Tuesday morning I wake to rain,
distant thunder, nothing severe,
the whir of the ceiling fan, birdsong.
Sleeping with windows open a mistake;
my head aches with sinus pain,
but life is short and night air sweet.
It’s still quite early, short of six,
and there was no need for alarm;
my pounding head’s what broke my sleep.
The commotion I hear is just the cat,
skating the hardwoods on fuzzy feet,
scoring mouse-puck under sofa.
Bathroom. Feed and water her.
Hungry, need aspirin, but back to bed.
Rain harder now, a bit of breeze
feels good as it caresses skin.
I lie and listen to the cars
pass slowly on the dampened street;
a poet, I want the exact word,
for that sound, but it eludes me.
I listen closely and discover
northbound, south don’t sound the same.
Birds a little quieter now,
probably looking for breakfast with the
arrival of grayish light.
Sevenish, I should rise, there’s work
to do, just at home, but still.
Though it’s not especially dark,
I flip on the reading light—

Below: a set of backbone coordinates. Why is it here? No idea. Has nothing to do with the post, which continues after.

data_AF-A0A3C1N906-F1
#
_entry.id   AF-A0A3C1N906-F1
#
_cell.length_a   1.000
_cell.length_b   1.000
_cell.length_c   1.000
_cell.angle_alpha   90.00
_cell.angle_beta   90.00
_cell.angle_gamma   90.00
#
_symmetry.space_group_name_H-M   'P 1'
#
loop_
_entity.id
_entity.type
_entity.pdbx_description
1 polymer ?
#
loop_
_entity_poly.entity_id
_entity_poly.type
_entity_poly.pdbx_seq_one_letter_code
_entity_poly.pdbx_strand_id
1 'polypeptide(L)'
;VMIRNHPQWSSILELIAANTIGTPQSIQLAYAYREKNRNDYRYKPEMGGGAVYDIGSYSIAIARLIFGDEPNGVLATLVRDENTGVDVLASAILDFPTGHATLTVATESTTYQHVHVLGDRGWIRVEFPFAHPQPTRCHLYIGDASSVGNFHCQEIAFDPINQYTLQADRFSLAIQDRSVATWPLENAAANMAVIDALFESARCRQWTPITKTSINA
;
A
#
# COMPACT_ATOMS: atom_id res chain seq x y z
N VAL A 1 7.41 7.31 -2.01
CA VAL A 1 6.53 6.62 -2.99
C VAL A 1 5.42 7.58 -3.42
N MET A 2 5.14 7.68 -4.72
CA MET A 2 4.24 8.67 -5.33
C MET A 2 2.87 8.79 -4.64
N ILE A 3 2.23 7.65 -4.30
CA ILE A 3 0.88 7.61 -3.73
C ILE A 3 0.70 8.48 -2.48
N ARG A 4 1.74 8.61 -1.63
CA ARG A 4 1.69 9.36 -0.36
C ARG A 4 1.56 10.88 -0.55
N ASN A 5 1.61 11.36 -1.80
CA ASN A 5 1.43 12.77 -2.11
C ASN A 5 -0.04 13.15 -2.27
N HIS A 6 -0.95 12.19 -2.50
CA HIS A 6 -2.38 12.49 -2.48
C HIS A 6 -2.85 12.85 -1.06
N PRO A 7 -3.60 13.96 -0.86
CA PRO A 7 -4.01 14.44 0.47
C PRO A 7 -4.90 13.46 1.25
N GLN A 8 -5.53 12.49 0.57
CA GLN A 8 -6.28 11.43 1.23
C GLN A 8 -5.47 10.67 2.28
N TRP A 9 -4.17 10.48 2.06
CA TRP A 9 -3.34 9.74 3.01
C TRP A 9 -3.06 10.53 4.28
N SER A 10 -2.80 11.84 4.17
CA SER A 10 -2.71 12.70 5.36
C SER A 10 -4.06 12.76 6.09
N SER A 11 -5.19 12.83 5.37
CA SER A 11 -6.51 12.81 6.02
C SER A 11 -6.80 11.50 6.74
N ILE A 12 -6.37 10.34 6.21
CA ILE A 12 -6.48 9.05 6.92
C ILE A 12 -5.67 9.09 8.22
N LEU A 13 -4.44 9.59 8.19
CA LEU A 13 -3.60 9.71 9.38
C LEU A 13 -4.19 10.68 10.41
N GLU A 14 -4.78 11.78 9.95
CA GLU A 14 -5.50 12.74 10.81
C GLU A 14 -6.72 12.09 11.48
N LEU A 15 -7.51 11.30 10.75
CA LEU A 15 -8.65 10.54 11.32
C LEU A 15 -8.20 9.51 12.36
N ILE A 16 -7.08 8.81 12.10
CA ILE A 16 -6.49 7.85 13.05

the table lamp has a short; it needs
replacement, but I can’t remember;
with that signal, my favorite allergen
jumps on my pillow, wants
a snuggle, a rub, a scratching of ears.
Her coat is soft, brushed last night;
she feels warm, but her nose
presses cold against my face.
Starving now, I must get up,
pull on shorts, look for food.
Head hurts too much to try to cook,
think what’s easy, banana maybe,
smeared with a bit of peanut butter,
followed by juice with a handful of aspirin.
Is it just me, or is that coffeemaker
slower than the dawning of the next
major epoch of geological time?
That’s the poem; it ends here, I think.
But where’s the moral, the lesson, the insight?
No one, I assure you, is more curious than I.
T. Allen Culpepper